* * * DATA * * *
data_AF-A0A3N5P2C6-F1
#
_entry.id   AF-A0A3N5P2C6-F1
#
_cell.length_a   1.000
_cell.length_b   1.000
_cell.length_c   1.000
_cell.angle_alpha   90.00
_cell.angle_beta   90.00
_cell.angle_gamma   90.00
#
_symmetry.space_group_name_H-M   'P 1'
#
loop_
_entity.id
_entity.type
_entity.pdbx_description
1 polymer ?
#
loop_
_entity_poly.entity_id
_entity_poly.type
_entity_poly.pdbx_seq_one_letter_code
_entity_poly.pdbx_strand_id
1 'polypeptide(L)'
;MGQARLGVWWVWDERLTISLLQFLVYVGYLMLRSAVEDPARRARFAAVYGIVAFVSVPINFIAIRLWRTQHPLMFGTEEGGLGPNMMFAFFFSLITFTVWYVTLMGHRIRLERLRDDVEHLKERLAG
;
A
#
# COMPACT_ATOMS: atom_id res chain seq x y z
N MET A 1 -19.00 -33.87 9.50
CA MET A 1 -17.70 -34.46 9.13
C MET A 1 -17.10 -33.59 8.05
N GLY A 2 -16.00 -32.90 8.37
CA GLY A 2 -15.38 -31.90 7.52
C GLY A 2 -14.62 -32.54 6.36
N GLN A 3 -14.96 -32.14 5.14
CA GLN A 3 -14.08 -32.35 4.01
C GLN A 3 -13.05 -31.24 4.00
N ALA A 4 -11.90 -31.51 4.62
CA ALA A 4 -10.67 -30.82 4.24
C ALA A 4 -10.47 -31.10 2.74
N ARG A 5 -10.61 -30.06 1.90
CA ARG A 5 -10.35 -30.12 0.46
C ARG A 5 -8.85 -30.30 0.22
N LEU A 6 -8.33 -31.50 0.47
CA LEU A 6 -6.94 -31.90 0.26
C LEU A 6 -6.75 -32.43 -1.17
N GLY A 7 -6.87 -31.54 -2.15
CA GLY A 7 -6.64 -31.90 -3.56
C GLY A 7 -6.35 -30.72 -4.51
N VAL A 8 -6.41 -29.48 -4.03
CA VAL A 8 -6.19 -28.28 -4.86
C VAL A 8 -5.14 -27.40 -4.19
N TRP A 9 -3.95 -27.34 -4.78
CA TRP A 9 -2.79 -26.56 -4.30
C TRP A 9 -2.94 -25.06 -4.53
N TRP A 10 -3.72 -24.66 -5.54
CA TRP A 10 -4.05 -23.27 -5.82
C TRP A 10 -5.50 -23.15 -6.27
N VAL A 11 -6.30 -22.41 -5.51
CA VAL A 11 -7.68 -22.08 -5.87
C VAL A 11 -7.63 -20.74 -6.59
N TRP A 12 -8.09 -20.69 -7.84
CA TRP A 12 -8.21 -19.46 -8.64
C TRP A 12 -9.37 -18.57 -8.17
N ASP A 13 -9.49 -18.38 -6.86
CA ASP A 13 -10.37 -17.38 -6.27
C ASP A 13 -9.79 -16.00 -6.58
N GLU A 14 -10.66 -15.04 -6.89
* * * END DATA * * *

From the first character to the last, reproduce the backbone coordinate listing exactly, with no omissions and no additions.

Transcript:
data_AF-A0A3N5P2C6-F1
#
_entry.id   AF-A0A3N5P2C6-F1
#
_cell.length_a   1.000
_cell.length_b   1.000
_cell.length_c   1.000
_cell.angle_alpha   90.00
_cell.angle_beta   90.00
_cell.angle_gamma   90.00
#
_symmetry.space_group_name_H-M   'P 1'
#
loop_
_entity.id
_entity.type
_entity.pdbx_description
1 polymer ?
#
loop_
_entity_poly.entity_id
_entity_poly.type
_entity_poly.pdbx_seq_one_letter_code
_entity_poly.pdbx_strand_id
1 'polypeptide(L)'
;MGQARLGVWWVWDERLTISLLQFLVYVGYLMLRSAVEDPARRARFAAVYGIVAFVSVPINFIAIRLWRTQHPLMFGTEEGGLGPNMMFAFFFSLITFTVWYVTLMGHRIRLERLRDDVEHLKERLAG
;
A
#
# COMPACT_ATOMS: atom_id res chain seq x y z
N MET A 1 -19.00 -33.87 9.50
CA MET A 1 -17.70 -34.46 9.13
C MET A 1 -17.10 -33.59 8.05
N GLY A 2 -16.00 -32.90 8.37
CA GLY A 2 -15.38 -31.90 7.52
C GLY A 2 -14.62 -32.54 6.36
N GLN A 3 -14.96 -32.14 5.14
CA GLN A 3 -14.08 -32.35 4.01
C GLN A 3 -13.05 -31.24 4.00
N ALA A 4 -11.90 -31.51 4.62
CA ALA A 4 -10.67 -30.82 4.24
C ALA A 4 -10.47 -31.10 2.74
N ARG A 5 -10.61 -30.06 1.90
CA ARG A 5 -10.35 -30.12 0.46
C ARG A 5 -8.85 -30.30 0.22
N LEU A 6 -8.33 -31.50 0.47
CA LEU A 6 -6.94 -31.90 0.26
C LEU A 6 -6.75 -32.43 -1.17
N GLY A 7 -6.87 -31.54 -2.15
CA GLY A 7 -6.64 -31.90 -3.56
C GLY A 7 -6.35 -30.72 -4.51
N VAL A 8 -6.41 -29.48 -4.03
CA VAL A 8 -6.19 -28.28 -4.86
C VAL A 8 -5.14 -27.40 -4.19
N TRP A 9 -3.95 -27.34 -4.78
CA TRP A 9 -2.79 -26.56 -4.30
C TRP A 9 -2.94 -25.06 -4.53
N TRP A 10 -3.72 -24.66 -5.54
CA TRP A 10 -4.05 -23.27 -5.82
C TRP A 10 -5.50 -23.15 -6.27
N VAL A 11 -6.30 -22.41 -5.51
CA VAL A 11 -7.68 -22.08 -5.87
C VAL A 11 -7.63 -20.74 -6.59
N TRP A 12 -8.09 -20.69 -7.84
CA TRP A 12 -8.21 -19.46 -8.64
C TRP A 12 -9.37 -18.57 -8.17
N ASP A 13 -9.49 -18.38 -6.86
CA ASP A 13 -10.37 -17.38 -6.27
C ASP A 13 -9.79 -16.00 -6.58
N GLU A 14 -10.66 -15.04 -6.89